The Electric Sheep Nightmare. J. G. Ballard and the Perverse Use of Technology
The aim of this paper is to investigate the role played by “machines” and technological innovation within James Graham Ballard’s literary production.
Since his debut as a novelist, Ballard devoted particular attention towards the human-machine connection, under the charm of both its immediate impact on the human psyche and the forms of representation in literature indirectly influenced by the human psyche itself. For these reasons, and in his attempt to escape from the traditional science fiction rules, in the mid-Sixties he suggested the notion of inner space: a new and innovative life, useful in the process of restoring the relation among the Self, the urban space, and the new forms of domination created by the post-modern world.
The analysis will be carried out in a historical perspective, highlighting the subsequent stages of such an extreme redefinition of the new ways of representing subjectivity. The present study will be inspired by the crucial period of transition of the Sixties, after which Ballard definitively abandoned the initial post-apocalyptic settings he had favored at the beginning of his career. He started placing his characters within suburban scenarios – far from those foreign worlds, explored by the numerous followers of Isaac Asimov over glorious Space Age years.
The second section of the study will focus on the way in which this shift mirrors Ballard’s intention to turn the science fiction novel into an anthropological reflection projected on the present time. Starting from the examples in Crash (1973) and Super-Cannes (2001), two features will be taken into consideration: on the one hand, the expanding gap between the categories of technique and morals; on the other hand, the dangerous ideological deviations to which such a gradual split may lead to.Linking these two aspects, the study will attempt to show how the never-ending debate on technological innovation led Ballard not only to an adjustment of science fiction motives and traditional topics, but also, more generally, to a reinterpretation of both the limits and cognitive possibilities of the genre.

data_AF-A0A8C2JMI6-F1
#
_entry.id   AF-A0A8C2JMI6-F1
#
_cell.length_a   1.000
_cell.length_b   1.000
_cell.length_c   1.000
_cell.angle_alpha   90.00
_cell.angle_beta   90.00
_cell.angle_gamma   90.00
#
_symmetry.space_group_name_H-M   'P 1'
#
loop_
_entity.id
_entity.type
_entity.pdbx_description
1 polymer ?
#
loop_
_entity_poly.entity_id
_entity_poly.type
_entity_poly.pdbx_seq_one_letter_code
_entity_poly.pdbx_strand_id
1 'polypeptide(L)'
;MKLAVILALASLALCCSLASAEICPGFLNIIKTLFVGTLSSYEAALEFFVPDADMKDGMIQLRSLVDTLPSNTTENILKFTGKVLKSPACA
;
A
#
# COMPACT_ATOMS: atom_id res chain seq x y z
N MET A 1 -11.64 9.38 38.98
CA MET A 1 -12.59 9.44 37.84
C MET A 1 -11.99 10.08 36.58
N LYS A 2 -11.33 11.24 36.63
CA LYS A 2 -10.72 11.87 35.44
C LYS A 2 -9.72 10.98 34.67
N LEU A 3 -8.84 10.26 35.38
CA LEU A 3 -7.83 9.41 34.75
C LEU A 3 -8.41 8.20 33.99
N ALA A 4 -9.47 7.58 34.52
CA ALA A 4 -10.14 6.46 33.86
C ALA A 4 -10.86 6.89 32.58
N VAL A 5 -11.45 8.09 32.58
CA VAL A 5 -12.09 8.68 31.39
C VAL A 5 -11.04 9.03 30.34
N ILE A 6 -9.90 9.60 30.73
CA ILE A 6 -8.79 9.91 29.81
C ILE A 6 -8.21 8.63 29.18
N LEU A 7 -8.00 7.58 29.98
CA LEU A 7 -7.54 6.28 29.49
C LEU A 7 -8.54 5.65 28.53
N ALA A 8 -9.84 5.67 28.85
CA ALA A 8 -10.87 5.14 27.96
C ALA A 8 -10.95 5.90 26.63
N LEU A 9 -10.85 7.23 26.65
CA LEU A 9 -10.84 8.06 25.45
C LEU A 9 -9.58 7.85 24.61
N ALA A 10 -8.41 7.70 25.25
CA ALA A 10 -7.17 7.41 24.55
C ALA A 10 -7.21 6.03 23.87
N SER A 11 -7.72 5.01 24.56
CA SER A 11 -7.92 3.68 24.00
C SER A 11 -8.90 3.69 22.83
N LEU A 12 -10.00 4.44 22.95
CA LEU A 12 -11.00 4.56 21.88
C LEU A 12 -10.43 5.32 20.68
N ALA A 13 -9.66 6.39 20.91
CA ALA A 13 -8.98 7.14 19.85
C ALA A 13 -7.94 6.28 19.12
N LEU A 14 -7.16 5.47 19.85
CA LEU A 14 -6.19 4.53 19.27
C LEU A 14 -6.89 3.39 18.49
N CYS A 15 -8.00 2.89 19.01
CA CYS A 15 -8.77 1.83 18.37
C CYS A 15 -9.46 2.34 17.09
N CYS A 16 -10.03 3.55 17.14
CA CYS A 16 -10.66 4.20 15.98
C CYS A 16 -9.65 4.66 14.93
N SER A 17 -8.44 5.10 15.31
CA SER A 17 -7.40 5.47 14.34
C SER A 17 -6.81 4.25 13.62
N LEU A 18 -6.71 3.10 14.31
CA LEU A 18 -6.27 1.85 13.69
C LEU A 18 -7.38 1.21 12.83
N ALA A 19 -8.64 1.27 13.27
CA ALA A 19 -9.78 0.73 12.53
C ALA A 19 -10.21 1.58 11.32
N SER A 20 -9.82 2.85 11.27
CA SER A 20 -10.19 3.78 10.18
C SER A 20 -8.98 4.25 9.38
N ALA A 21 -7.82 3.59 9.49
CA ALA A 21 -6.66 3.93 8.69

Ballard, James Graham, The Wind From Nowhere, London, Berkley Books, 1961.
Ballard, James Graham, The Drowned World, London, Berkley Books, 1962.
Ballard, James Graham, The Burning World, London, Berkley Books, 1964.
Ballard, James Graham, The Crystal World, London, Cape, 1966.
Ballard, James Graham, Crash, London, Cape, 1973.
Ballard, James Graham, High Rise, London, Cape, 1975.
Ballard, James Graham, Cocaine Nights, London, Flamingo, 1996.
Ballard, James Graham, Super-Cannes, London, Flamingo, 2000.
Ballard, James Graham, Kingdom Come, London, Fourth Estate, 2006.
Augé, Marc, Non-Lieux: Introduction à une Anthropologie de la Sur-modernité, Paris, Seuil, 1992.
Ballard, James Graham, “Introduction of the French edition of Crash” , reprinted in Crash, London, Triad Paladin, 1990.
Ballard, James Graham, A User’s Guide to the New Millennium, London, HarperCollins, 1996.
Baudrillard, Jean, “Ballard’s Crash”, Science Fiction Studies 18 (No-vember 1991): 313-320.
Baxter, John, The Inner Man. The Life of J. G.
Ballard, London, Wei-denfeld & Nicolson, 2011.
Foucault, Michel, La Volonté de Savoir. Histoire de la Sexualité 1, Paris, Gallimard, 1978.
Foucault, Michel, “Of Other Spaces, Heterotopias”, Architecture, Mouvement, Continuité, 5 (1984): 46-49.
Gasiorek, Andrzej, J. G. Ballard, Manchester-New York, Manches-ter University Press, 2005.
Grosz, Elizabeth, Space, Time, and Perversion: Essays on the Politics of Bodies, New York,
Jameson, Fredric, Postmodernism, or, The Cultural Logic of Late Capi-talism, Durham, Duke University Press, 1991.
Luckhurst, Roger, “J. G. Ballard Crash”, A Companion to Science Fic-tion, Ed. David Seed, Malden, Blackwell Publishing, 2005: 512-521.
Maffesoli, Michel, Le Temps des Tribus: Le Déclin de l'Individualisme dans les Sociétés de Masse, Paris, Librairie Générale Française, 1991.
Mauron, Charles, Des Métaphores Obsédantes au Mythe Personnel; Introduction à la Psychocritique. Paris, Libraire J. Corti, 1962.
Soja, Edward, Postmetropolis. Critical Studies of Cities and Regions, Malden, Blackwell Publishing, 2000.
You are free to copy, distribute and transmit the work, and to adapt the work. You must attribute the work in the manner specified by the author or licensor (but not in any way that suggests that they endorse you or your use of the work).